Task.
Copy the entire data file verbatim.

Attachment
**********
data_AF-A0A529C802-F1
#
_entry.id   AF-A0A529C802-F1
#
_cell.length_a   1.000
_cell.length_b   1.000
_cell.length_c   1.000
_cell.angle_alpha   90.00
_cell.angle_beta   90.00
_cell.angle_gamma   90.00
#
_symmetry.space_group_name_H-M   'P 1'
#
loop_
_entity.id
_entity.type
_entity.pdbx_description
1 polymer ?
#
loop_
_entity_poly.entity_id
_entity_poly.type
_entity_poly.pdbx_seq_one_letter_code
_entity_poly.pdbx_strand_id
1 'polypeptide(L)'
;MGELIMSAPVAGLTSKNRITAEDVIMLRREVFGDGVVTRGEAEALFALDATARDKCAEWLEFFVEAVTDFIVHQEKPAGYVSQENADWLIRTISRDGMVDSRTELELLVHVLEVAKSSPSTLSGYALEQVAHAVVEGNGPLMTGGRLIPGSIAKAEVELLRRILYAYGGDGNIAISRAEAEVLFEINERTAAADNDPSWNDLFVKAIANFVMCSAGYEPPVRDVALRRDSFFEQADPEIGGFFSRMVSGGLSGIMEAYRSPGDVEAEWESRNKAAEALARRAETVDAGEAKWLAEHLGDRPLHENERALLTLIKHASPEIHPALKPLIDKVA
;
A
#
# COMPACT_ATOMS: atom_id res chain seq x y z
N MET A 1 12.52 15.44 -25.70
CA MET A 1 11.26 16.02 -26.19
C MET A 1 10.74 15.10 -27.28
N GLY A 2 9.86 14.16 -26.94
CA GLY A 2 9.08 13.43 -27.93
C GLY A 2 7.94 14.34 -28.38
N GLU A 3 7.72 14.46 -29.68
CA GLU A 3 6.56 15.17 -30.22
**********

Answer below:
data_AF-A0A529C802-F1
#
_entry.id   AF-A0A529C802-F1
#
_cell.length_a   1.000
_cell.length_b   1.000
_cell.length_c   1.000
_cell.angle_alpha   90.00
_cell.angle_beta   90.00
_cell.angle_gamma   90.00
#
_symmetry.space_group_name_H-M   'P 1'
#
loop_
_entity.id
_entity.type
_entity.pdbx_description
1 polymer ?
#
loop_
_entity_poly.entity_id
_entity_poly.type
_entity_poly.pdbx_seq_one_letter_code
_entity_poly.pdbx_strand_id
1 'polypeptide(L)'
;MGELIMSAPVAGLTSKNRITAEDVIMLRREVFGDGVVTRGEAEALFALDATARDKCAEWLEFFVEAVTDFIVHQEKPAGYVSQENADWLIRTISRDGMVDSRTELELLVHVLEVAKSSPSTLSGYALEQVAHAVVEGNGPLMTGGRLIPGSIAKAEVELLRRILYAYGGDGNIAISRAEAEVLFEINERTAAADNDPSWNDLFVKAIANFVMCSAGYEPPVRDVALRRDSFFEQADPEIGGFFSRMVSGGLSGIMEAYRSPGDVEAEWESRNKAAEALARRAETVDAGEAKWLAEHLGDRPLHENERALLTLIKHASPEIHPALKPLIDKVA
;
A
#
# COMPACT_ATOMS: atom_id res chain seq x y z
N MET A 1 12.52 15.44 -25.70
CA MET A 1 11.26 16.02 -26.19
C MET A 1 10.74 15.10 -27.28
N GLY A 2 9.86 14.16 -26.94
CA GLY A 2 9.08 13.43 -27.93
C GLY A 2 7.94 14.34 -28.38
N GLU A 3 7.72 14.46 -29.68
CA GLU A 3 6.56 15.17 -30.22